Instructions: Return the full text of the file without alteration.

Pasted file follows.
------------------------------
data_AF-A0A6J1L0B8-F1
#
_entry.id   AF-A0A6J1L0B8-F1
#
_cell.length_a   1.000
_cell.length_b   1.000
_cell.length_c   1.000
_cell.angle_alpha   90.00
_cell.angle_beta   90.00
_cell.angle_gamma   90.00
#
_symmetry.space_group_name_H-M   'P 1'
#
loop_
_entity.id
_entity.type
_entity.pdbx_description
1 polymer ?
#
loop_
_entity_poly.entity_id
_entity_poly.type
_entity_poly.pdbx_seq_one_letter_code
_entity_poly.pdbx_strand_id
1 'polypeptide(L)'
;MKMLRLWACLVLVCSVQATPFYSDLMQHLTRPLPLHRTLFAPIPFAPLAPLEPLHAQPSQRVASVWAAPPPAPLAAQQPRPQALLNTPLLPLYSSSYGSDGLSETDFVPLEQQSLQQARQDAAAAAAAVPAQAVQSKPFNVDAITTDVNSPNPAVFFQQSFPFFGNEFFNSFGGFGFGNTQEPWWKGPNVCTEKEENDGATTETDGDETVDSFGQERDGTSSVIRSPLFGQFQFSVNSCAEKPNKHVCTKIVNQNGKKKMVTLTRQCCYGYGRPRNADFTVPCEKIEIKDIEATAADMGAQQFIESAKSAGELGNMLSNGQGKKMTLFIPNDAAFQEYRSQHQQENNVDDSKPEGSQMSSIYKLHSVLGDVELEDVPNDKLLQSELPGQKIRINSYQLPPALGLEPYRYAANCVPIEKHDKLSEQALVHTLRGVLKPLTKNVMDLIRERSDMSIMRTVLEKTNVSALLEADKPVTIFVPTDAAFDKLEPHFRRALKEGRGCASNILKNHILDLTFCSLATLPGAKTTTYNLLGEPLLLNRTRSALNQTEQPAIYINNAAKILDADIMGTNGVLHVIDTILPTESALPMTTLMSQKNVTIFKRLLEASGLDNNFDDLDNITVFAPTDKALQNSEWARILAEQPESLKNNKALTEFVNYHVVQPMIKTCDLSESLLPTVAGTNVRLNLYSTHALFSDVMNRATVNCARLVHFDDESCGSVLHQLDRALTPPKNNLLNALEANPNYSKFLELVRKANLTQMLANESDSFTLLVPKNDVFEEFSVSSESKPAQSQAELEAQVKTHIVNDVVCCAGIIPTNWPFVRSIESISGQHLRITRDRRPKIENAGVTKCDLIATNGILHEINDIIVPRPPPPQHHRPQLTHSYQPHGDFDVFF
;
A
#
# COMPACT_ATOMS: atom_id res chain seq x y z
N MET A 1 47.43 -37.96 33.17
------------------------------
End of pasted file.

data_AF-A0A6J1L0B8-F1
#
_entry.id   AF-A0A6J1L0B8-F1
#
_cell.length_a   1.000
_cell.length_b   1.000
_cell.length_c   1.000
_cell.angle_alpha   90.00
_cell.angle_beta   90.00
_cell.angle_gamma   90.00
#
_symmetry.space_group_name_H-M   'P 1'
#
loop_
_entity.id
_entity.type
_entity.pdbx_description
1 polymer ?
#
loop_
_entity_poly.entity_id
_entity_poly.type
_entity_poly.pdbx_seq_one_letter_code
_entity_poly.pdbx_strand_id
1 'polypeptide(L)'
;MKMLRLWACLVLVCSVQATPFYSDLMQHLTRPLPLHRTLFAPIPFAPLAPLEPLHAQPSQRVASVWAAPPPAPLAAQQPRPQALLNTPLLPLYSSSYGSDGLSETDFVPLEQQSLQQARQDAAAAAAAVPAQAVQSKPFNVDAITTDVNSPNPAVFFQQSFPFFGNEFFNSFGGFGFGNTQEPWWKGPNVCTEKEENDGATTETDGDETVDSFGQERDGTSSVIRSPLFGQFQFSVNSCAEKPNKHVCTKIVNQNGKKKMVTLTRQCCYGYGRPRNADFTVPCEKIEIKDIEATAADMGAQQFIESAKSAGELGNMLSNGQGKKMTLFIPNDAAFQEYRSQHQQENNVDDSKPEGSQMSSIYKLHSVLGDVELEDVPNDKLLQSELPGQKIRINSYQLPPALGLEPYRYAANCVPIEKHDKLSEQALVHTLRGVLKPLTKNVMDLIRERSDMSIMRTVLEKTNVSALLEADKPVTIFVPTDAAFDKLEPHFRRALKEGRGCASNILKNHILDLTFCSLATLPGAKTTTYNLLGEPLLLNRTRSALNQTEQPAIYINNAAKILDADIMGTNGVLHVIDTILPTESALPMTTLMSQKNVTIFKRLLEASGLDNNFDDLDNITVFAPTDKALQNSEWARILAEQPESLKNNKALTEFVNYHVVQPMIKTCDLSESLLPTVAGTNVRLNLYSTHALFSDVMNRATVNCARLVHFDDESCGSVLHQLDRALTPPKNNLLNALEANPNYSKFLELVRKANLTQMLANESDSFTLLVPKNDVFEEFSVSSESKPAQSQAELEAQVKTHIVNDVVCCAGIIPTNWPFVRSIESISGQHLRITRDRRPKIENAGVTKCDLIATNGILHEINDIIVPRPPPPQHHRPQLTHSYQPHGDFDVFF
;
A
#
# COMPACT_ATOMS: atom_id res chain seq x y z
N MET A 1 47.43 -37.96 33.17